Running can be a strenuous activity on your body. However, it is one of the best ways to get in shape. Your bones, joints and ligaments take a constant beating, causing tendonitis, shin splints and other stress-related injuries.
So how do you prevent these injuries while improving your running?
These 8 simple and effective exercises will help you strengthen and stabilize your legs, which will in turn prevent injuries.
The exercises are not in numerical order of importance since they all have their own individual function and purpose.
1. Front Squats/Back Squats
Squats are probably the most widely performed lower body exercise, and if done right, they are the best exercise for your lower half. They are great because it is a multi-joint movement and really works the lower back, hamstring, gluteus and quadriceps muscles.
If performed right, squats will also greatly strengthen the area around your knee and ligaments, which will help prevent injuries and tendonitis. Proper form can easily be found in an online search, but you should remember a few key points when squatting:
- Make sure you squat down so your thighs are parallel to the ground, or 90 degrees. This will ensure a full range of motion.
- Arch your back and stay up straight. Try to round back your shoulders. Do not let your shoulders come forward and slouch. Try to look up to the ceiling with your head. This will help maintain good posture.
- Keep a good, strong base and squat through your heels. Do not let your knees pass your toes, as this will put a great amount of stress on your knees, leading to injury.
- Recommended sets/reps: 3×12-15 or 5×5 for sprinters
2. Walking Lunges
These are similar to squats as far as muscles worked. They are different because they incorporate forward movement and more stabilization, while isolating one leg at a time. They will help strengthen your legs for the impact of repeated strides.
- Start standing up straight, either holding dumbbells at your side, or a bar on your back. Stride out so that your leg makes a 90 degree angle. Try to keep most of your weight over your back leg so you are balanced and do not stride out too far. Variations can be added with uneven surfaces for extra balance and stabilization work.
- Recommended sets/reps: 3×15-20 meters or 4×10 meters for sprinters
3. Calf Raises
Calf raises will help strengthen the calf muscle and proven shin splints, which is every runner’s most hated injury. You can do calf raises with many variations and on many different machines. Make sure to read instructions if on a machine for proper execution. It is best if you get a full range of motion, and not just performing the exercise on flat ground. Try to get some form of a decline to stretch and fully strengthen your calves.
- Recommended sets/reps: 3×20-30 or 3×10 for sprinters
4. Jumps/Box Jumps
Any variation of jumping will do. Standing jumps with no box will help work on your explosion off the ground, and more importantly for distance running, your deceleration on the way down. This will help prevent injury on your knees as well as your ankles.
5. Leg Curls
Leg curls can be done on a machine, or with a stability ball bridge. Lying on your back and your legs on the stability ball, push your hips up and bring the ball in towards your gluteus. This will strengthen your hamstrings.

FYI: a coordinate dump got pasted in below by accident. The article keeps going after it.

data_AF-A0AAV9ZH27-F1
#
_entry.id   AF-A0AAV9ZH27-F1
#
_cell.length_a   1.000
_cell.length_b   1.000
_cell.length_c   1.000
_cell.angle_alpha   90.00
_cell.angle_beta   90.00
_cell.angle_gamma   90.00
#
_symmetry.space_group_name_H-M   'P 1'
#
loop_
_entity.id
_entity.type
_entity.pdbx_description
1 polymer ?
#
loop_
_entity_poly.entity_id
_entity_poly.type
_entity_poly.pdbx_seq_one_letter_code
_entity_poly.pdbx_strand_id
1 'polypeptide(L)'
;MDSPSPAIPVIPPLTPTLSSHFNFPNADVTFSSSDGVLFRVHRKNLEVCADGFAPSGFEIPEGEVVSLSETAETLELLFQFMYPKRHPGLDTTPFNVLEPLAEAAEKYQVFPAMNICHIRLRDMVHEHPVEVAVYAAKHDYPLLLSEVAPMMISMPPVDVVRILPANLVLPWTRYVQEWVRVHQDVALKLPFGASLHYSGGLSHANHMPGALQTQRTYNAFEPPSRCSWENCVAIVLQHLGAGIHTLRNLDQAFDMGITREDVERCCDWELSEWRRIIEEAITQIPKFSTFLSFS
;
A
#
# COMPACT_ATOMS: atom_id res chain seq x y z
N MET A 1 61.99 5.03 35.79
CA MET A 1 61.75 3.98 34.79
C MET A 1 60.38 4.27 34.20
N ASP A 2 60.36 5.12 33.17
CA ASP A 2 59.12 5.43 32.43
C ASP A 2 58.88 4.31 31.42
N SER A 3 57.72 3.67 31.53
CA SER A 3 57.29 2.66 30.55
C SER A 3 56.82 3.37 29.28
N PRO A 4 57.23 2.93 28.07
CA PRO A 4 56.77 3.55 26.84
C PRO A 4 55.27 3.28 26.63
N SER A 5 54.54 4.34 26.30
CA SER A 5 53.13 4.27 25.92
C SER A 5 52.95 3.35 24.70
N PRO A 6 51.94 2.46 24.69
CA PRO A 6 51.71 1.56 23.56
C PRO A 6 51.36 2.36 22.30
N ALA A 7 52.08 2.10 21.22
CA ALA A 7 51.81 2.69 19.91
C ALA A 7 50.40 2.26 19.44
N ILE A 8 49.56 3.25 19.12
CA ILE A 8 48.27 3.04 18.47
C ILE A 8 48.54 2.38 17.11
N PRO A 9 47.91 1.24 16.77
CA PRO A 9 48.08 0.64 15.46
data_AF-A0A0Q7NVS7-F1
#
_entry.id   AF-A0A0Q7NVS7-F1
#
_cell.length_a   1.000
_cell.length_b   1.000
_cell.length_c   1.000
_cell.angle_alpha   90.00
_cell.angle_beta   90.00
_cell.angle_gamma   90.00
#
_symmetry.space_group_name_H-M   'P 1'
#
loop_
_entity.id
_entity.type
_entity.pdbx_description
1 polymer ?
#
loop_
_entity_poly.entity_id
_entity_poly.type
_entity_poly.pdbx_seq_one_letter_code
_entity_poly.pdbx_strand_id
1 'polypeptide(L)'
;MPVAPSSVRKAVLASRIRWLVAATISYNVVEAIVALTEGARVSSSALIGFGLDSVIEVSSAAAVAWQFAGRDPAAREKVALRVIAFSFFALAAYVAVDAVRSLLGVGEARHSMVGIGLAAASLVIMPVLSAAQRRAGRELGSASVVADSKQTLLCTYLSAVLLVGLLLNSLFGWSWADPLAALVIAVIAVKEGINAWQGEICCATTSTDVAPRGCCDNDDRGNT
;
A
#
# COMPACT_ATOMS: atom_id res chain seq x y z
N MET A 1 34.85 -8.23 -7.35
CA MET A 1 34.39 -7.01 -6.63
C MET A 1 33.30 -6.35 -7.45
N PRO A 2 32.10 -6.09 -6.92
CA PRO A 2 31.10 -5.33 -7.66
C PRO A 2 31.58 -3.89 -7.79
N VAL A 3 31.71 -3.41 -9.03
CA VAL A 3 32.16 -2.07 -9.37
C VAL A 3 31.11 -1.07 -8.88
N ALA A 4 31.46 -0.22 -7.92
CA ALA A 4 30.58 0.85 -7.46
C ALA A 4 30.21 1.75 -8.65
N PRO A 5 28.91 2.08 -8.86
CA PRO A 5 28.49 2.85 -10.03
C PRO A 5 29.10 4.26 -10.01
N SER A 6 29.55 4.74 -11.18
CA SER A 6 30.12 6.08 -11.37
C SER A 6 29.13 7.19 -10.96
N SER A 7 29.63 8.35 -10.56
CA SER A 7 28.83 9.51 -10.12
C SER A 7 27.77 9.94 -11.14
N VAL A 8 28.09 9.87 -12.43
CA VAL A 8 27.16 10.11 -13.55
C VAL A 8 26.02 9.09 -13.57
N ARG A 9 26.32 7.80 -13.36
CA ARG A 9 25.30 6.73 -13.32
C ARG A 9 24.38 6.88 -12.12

- Recommended sets/reps: 3×15 or 3×8 for sprinters
6. Leg Extensions
Leg extensions are the same as leg curls, except you are working your quadriceps muscles. These can be done on a machine or lying on your back holding a medicine ball between your ankles. Recommended sets and reps is the same as leg curls.
- Recommended sets/reps: 3×15 or 3×8 for sprinters
7. Core Work/Abdominals
Although your core may not be considered your lower body, it is important to have a strong core for running. It could also help prevent back problems and relieve back pain. One good core exercise is a full body crunch. Lying on your back, bring your chest off the ground while at the same time bringing your legs of the ground as well. Try to touch your legs and slowly go back down to the lying position then repeat. There are hundreds of different core exercises you can perform, find out which ones you like best!
- Recommended sets/reps: 3×20
8. Terminal Knee Extensions
This one is a bit more uncommon but is starting to be used more by runners and athletes all over to help prevent knee problems and injuries. You can perform this exercise with an oval resistance band, or without it if used as a warm-up. You start by putting the resistance band around a pole or base of some sort at knee height. Next, put your leg inside the band so it is around the back of your knee. Then, keeping your knee bent and your toe on the ground, straighten your leg and lock out your knee. This will help warm-up and strengthen the small areas and muscles around your knee and tendons.
Sum it Up
To review, let’s take a look at what happens when you run. When you run, you constantly use the same muscles. Your hamstrings and calf muscles contract to drive your body forward, while your quad takes most of the deceleration impact from each stride.
Your knees and shins take a lot of impact when you jog, since you are running straight up, causing all your weight to go straight into one leg. Think of the amount of impact your leg takes on each stride: It is normally about twice your body weight for a normal jog.
Now think about how many times you stride and take that impact. It becomes quite taking on your lower half.
The second concern when you run is pelvic rotation. When you start to lean and use your dominant leg more often than the other, you get pelvic rotation, which is rotation of the hips.
In other words, it is an imbalance in your legs. These exercises, along with a proper warm-up will help correct that.
If you care about your health enough to run, why not take care of your body as well and prevent injury?